The Baileys Women's Prize for Fiction
Launched in 1996, this Prize is awarded annually and celebrates excellence, originality and accessibility in women’s writing from throughout the world. The winner receives a cheque for £30,000 and a limited edition bronze known as a ‘Bessie’, created by the artist Grizel Niven. Both are anonymously endowed.
This year's winner, announced on June 3rd, is How to be Both by Ali Smith, a novel all about art's versatility. Borrowing from painting's fresco technique to make an original literary double-take, it's a fast-moving genre-bending conversation between forms, times, truths and fictions. There's a renaissance artist of the 1460s. There's the child of a child of the 1960s. Two tales of love and injustice twist into a singular yarn where time gets timeless, structural gets playful, knowing gets mysterious, fictional gets real - and all life's givens get given a second chance.
"Smith can make anything happen, which is why she is one of our most exciting writers today." (Daily Telegraph).
"She's a genius, genuinely modern in the heroic, glorious sense." (Alain de Botton).
"I take my hat off to Ali Smith. Her writing lifts the soul." (Evening Standard).
Book of the Week
Queen of the Desert: The Extraordinary Life of Gertrude Bell by Georgina Howell
<pArchaeologist, spy, Arabist, linguist, author, poet, photographer, mountaineer and nation builder, Gertrude Bell was born in 1868 into a world of privilege and plenty, but she turned her back on all that for her passion for the Arab peoples, becoming the architect of the independent kingdom of Iraq and seeing its first king Faisal safely onto the throne in 1921. Queen of the Desert is her story, vividly told and impeccably researched, drawing on Gertrude's own writings, both published and unpublished. Previously published as Daughter of the Desert, this is a compelling portrait of a woman who transcended the restrictions of her class and age and in so doing created a remarkable and enduring legacy.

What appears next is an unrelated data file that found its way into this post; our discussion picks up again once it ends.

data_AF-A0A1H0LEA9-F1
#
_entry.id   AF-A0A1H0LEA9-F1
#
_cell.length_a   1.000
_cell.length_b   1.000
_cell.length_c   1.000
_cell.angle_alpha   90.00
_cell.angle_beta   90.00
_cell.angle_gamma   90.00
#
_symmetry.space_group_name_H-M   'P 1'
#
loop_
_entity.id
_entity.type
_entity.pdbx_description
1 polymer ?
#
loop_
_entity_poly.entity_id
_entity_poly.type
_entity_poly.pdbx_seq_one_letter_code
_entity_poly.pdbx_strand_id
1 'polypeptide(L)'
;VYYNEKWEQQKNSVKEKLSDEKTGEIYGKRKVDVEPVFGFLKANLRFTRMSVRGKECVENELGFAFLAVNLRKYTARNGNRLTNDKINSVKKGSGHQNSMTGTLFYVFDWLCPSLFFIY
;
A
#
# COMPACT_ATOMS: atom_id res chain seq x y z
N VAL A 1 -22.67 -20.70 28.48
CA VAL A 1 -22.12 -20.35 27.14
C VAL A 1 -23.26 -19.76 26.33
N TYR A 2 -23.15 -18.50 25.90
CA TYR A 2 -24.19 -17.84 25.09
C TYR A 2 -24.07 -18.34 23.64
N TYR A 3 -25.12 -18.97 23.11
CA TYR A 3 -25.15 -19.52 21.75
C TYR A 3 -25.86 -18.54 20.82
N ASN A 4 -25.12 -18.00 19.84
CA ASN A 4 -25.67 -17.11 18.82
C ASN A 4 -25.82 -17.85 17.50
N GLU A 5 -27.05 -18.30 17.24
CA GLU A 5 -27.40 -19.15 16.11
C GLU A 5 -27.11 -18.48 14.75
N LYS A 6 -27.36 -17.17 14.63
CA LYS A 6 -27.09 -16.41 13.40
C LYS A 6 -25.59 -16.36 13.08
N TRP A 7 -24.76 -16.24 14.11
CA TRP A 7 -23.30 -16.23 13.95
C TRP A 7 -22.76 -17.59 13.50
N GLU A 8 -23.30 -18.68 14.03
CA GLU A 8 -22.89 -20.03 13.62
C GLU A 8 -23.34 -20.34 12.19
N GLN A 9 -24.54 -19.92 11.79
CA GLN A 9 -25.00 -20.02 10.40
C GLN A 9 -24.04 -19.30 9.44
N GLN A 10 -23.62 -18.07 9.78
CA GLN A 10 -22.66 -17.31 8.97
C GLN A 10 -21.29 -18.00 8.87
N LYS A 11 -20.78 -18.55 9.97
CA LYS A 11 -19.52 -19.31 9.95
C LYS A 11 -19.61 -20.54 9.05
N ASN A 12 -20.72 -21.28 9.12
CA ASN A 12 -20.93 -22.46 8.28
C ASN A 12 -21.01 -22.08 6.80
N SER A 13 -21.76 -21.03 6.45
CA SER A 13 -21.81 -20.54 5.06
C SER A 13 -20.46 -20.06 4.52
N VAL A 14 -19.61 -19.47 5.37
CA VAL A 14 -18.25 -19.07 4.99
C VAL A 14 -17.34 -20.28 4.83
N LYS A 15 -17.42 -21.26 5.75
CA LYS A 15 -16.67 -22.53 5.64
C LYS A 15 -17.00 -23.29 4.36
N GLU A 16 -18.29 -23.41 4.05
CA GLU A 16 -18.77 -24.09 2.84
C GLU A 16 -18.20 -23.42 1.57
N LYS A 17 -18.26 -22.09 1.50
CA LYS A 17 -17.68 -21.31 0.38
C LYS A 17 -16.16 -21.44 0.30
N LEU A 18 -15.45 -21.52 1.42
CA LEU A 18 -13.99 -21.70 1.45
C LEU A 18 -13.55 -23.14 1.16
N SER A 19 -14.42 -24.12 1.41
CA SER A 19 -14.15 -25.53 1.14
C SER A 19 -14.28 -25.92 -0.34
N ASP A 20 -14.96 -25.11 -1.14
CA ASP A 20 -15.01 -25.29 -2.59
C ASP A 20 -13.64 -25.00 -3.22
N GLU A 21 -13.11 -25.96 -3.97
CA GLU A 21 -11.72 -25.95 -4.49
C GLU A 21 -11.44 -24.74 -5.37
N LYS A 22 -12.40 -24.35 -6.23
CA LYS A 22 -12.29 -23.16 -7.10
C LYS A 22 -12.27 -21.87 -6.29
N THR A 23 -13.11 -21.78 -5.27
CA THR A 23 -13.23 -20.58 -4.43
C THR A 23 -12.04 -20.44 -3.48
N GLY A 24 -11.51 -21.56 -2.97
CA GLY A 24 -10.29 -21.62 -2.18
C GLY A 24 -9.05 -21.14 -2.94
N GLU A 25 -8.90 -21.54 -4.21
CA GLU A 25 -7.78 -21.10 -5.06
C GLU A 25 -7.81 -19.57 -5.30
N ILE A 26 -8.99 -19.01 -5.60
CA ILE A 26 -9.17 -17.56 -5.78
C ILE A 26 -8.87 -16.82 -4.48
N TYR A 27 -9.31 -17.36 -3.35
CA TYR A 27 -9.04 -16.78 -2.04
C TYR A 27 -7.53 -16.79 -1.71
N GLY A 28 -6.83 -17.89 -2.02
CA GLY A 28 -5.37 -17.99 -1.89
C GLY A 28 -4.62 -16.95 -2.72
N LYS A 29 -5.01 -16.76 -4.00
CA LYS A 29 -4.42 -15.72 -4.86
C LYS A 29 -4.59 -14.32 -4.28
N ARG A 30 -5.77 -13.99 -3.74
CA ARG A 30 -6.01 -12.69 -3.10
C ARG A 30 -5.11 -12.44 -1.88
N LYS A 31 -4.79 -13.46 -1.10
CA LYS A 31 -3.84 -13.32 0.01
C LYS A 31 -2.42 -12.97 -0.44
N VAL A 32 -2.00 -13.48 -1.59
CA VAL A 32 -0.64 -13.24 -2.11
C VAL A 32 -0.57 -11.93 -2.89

Book at Bedtime
True Grit by Charles Portis
There is no knowing what lies in a man's heart. On a trip to buy ponies, Frank Ross is killed by one of his own workers. Tom Chaney shoots him down in the street for a horse, $150 cash, and two Californian gold pieces.Ross's unusually mature and single-minded fourteen-year-old daughter Mattie travels to claim his body, and finds that the authorities are doing nothing to find Chaney. Then she hears of Rooster - a man, she's told, who has grit - and convinces him to join her in a quest into dark, dangerous Indian territory to hunt Chaney down and avenge her father's murder.